Gardeners in the West Midlands are losing their green fingers as nine in ten young people struggle to identify common garden plants, new research reveals. A study of 2,000 Brits aged 25-35 found that time pressures and lack of knowledge meant that the majority struggle when it comes to nurturing their gardens. Over three quarters of those living in the region couldn’t identify a tulip when shown a picture of one, while 88 per cent struggled with a geranium.

Perhaps that’s why less than 1 per cent of those polled described their gardening skill as ‘very good’.

The study by Origin, a British bi-fold and window designer and manufacturer, found that the traditional style of UK gardens in the region is changing as a result, with the new generation of homeowners favouring minimalist gardens with less maintenance.

Other plants young Brits can’t get to grips with were jasmine, which stumped three quarters of respondents, while 59 per cent couldn’t spot a fuchsia.

Yesterday Ben Brocklesby, Director at Origin, said: “The study shows there is a lack of engagement between the younger generation and gardening, a gap in knowledge that is growing.

“From naming the common flowers to identifying basic gardening tools and processes, it’s important we don’t lose the connection and passion for our outdoor spaces.

“A lack of enjoyment or interest in maintaining a garden usually comes from people not knowing where to start. That’s why nurturing an interest in gardening and showing the rewards that outdoor space can bring is essential, even growing plants in small spaces, such as a window box, can be fun and productive — you just need a little sunshine and some imagination!”

And though 67 per cent could spot a buttercup, a third of under 35’s living in the West Midlands had no idea what a garden hoe looked like.

While nearly half had no idea that a dandelion is a weed, results showed.

Over a quarter of those polled had tried to grow plants, only for them to die just weeks later as a result of not knowing their gardening basics.

Perhaps it’s no wonder then that 55 per cent described themselves as either poor or terrible when it comes to gardening skills and knowledge.

And a further nine in ten said their garden is currently in need of attention. Over a third said that they do ‘the minimum amount possible’ to maintain their outdoor space.

While the younger generation are split when it comes to enjoying gardening or not - 48 per cent don’t really enjoy getting green fingers.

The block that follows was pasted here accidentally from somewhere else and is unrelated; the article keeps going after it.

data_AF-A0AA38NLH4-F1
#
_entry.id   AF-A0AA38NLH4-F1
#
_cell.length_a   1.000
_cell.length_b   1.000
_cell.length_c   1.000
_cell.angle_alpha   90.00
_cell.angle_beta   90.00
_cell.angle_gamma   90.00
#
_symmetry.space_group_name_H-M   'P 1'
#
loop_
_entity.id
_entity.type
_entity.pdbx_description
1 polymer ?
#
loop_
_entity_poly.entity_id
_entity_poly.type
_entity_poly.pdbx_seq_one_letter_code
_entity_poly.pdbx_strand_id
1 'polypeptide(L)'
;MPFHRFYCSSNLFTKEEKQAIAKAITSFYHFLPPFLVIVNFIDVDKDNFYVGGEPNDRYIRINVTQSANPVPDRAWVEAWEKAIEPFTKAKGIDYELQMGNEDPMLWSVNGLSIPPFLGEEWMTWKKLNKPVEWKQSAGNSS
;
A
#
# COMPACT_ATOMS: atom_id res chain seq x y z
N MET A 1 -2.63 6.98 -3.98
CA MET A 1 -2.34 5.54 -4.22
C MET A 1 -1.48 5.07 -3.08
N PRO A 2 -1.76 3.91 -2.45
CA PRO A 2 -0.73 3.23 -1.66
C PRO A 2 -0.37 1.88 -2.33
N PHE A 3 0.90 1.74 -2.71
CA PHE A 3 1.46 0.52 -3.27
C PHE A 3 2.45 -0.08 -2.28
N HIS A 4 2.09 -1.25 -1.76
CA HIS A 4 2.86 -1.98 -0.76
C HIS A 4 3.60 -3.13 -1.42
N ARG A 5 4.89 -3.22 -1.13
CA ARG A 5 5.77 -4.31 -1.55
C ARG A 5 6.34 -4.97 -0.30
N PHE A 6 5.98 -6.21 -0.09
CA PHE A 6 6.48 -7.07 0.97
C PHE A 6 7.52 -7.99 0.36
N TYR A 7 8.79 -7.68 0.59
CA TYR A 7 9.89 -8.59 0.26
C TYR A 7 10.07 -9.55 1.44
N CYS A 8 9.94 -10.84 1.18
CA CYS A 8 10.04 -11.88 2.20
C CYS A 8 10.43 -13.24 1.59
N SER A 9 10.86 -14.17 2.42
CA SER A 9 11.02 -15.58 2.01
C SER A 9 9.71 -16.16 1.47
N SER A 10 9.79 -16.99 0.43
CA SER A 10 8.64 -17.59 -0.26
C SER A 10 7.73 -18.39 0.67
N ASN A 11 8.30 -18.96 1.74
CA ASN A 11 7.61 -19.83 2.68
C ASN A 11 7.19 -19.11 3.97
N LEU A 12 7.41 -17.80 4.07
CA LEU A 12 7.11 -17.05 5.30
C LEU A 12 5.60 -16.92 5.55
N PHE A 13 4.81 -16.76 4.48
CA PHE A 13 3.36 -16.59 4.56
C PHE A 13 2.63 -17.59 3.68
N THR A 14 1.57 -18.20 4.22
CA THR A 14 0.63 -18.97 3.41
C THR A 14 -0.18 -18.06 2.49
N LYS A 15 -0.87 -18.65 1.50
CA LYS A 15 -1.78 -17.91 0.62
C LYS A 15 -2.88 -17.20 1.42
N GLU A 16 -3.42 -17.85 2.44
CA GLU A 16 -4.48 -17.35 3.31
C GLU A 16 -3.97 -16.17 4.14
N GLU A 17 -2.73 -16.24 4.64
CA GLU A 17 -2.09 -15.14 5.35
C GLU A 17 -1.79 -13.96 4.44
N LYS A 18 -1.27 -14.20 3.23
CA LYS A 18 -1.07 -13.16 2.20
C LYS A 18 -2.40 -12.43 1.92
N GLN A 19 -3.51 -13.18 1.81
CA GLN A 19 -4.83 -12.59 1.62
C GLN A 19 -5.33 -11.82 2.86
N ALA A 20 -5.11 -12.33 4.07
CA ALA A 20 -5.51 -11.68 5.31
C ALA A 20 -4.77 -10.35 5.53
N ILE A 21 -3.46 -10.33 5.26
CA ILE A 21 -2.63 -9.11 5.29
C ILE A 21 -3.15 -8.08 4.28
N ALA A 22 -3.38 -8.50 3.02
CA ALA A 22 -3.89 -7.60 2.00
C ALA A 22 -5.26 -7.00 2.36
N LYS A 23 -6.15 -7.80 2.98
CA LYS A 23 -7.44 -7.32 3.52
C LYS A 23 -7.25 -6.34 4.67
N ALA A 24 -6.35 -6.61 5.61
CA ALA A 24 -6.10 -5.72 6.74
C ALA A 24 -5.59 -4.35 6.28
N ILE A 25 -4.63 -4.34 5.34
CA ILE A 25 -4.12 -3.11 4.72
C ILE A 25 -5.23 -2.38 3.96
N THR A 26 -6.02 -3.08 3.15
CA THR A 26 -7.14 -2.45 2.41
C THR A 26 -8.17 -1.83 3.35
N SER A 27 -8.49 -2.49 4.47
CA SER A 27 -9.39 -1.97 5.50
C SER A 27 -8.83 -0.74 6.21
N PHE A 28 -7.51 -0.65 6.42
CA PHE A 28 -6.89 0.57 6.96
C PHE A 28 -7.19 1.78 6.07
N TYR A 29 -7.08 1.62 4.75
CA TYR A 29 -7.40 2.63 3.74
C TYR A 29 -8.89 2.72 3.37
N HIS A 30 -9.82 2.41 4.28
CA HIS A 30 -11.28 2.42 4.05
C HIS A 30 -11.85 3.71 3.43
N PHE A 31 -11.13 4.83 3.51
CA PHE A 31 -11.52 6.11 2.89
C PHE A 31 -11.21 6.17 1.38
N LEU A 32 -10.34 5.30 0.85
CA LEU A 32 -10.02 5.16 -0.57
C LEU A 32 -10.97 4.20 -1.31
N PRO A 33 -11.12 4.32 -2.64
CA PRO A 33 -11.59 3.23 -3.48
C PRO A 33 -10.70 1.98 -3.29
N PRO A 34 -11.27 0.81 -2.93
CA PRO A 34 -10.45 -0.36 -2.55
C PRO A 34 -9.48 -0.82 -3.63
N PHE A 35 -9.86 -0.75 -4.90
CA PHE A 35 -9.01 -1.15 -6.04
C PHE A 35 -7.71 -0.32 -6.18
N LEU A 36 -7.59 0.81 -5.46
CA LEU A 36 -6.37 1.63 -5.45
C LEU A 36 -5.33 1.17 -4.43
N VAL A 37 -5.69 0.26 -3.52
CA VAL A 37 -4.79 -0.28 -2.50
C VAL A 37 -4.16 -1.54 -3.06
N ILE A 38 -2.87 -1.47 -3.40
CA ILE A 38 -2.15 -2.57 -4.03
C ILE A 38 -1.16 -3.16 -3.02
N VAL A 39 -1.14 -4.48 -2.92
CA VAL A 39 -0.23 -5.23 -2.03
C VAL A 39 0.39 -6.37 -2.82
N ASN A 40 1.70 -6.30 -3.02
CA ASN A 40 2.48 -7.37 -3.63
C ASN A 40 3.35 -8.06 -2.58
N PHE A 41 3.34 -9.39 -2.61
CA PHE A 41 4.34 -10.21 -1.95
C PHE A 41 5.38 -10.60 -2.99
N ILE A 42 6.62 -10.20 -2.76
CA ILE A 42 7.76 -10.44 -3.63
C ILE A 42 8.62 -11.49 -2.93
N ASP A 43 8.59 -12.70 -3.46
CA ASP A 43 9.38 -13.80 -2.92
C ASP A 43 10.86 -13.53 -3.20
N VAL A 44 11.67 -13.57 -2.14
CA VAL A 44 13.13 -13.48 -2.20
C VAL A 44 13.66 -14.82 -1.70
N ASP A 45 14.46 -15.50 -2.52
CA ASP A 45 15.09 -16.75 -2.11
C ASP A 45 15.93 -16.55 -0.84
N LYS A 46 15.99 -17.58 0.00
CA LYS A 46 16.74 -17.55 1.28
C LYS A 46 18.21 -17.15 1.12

But the gap in knowledge is what is most likely to take its toll – over half of those who don’t like gardening said it was mainly because they are ‘clueless’ around the topic.

In fact, when asked what age people finally get the hang of gardening, respondents said it wasn’t until the age of 40.

As a result, Origin has created a series of ‘how to’ videos with Jack Shilley, who at the age of 19 is already the Director of the Young Horts society and a RHS Chelsea Flower Show Gold winner.

Brocklesby added: “The research has revealed how the millennial generation is struggling to grow a basic pot plant and, in some cases, can’t tell a weed from a flower. That’s why we’ve launched a series of simple ‘how to’ videos to get them started. The series will give them the skills and confidence to keep great British gardens alive, and improve the views from their first homes.”


  1. Weeding
  2. Dead-heading
  3. Cutting the grass
  4. Pruning flowers or plants
  5. Digging flowerbeds
  6. Choosing plants or flowers for the garden
  7. Planting at the right time of year
  8. Watering flowers/plants
  9. Generally keeping a garden clean and tidy
  10. Arranging flowers or plants in flowerbeds
  11. Keeping the plants or flowers alive
  12. Maintaining hanging baskets
  13. Planting vegetables
  14. Digging and preparing a vegetable patch
  15. Fertilizing the garden
  16. Planting flowers or plants
  17. Planting hanging baskets
  18. Building a shed or greenhouse
  19. Watering vegetables
  20. Arranging garden ornaments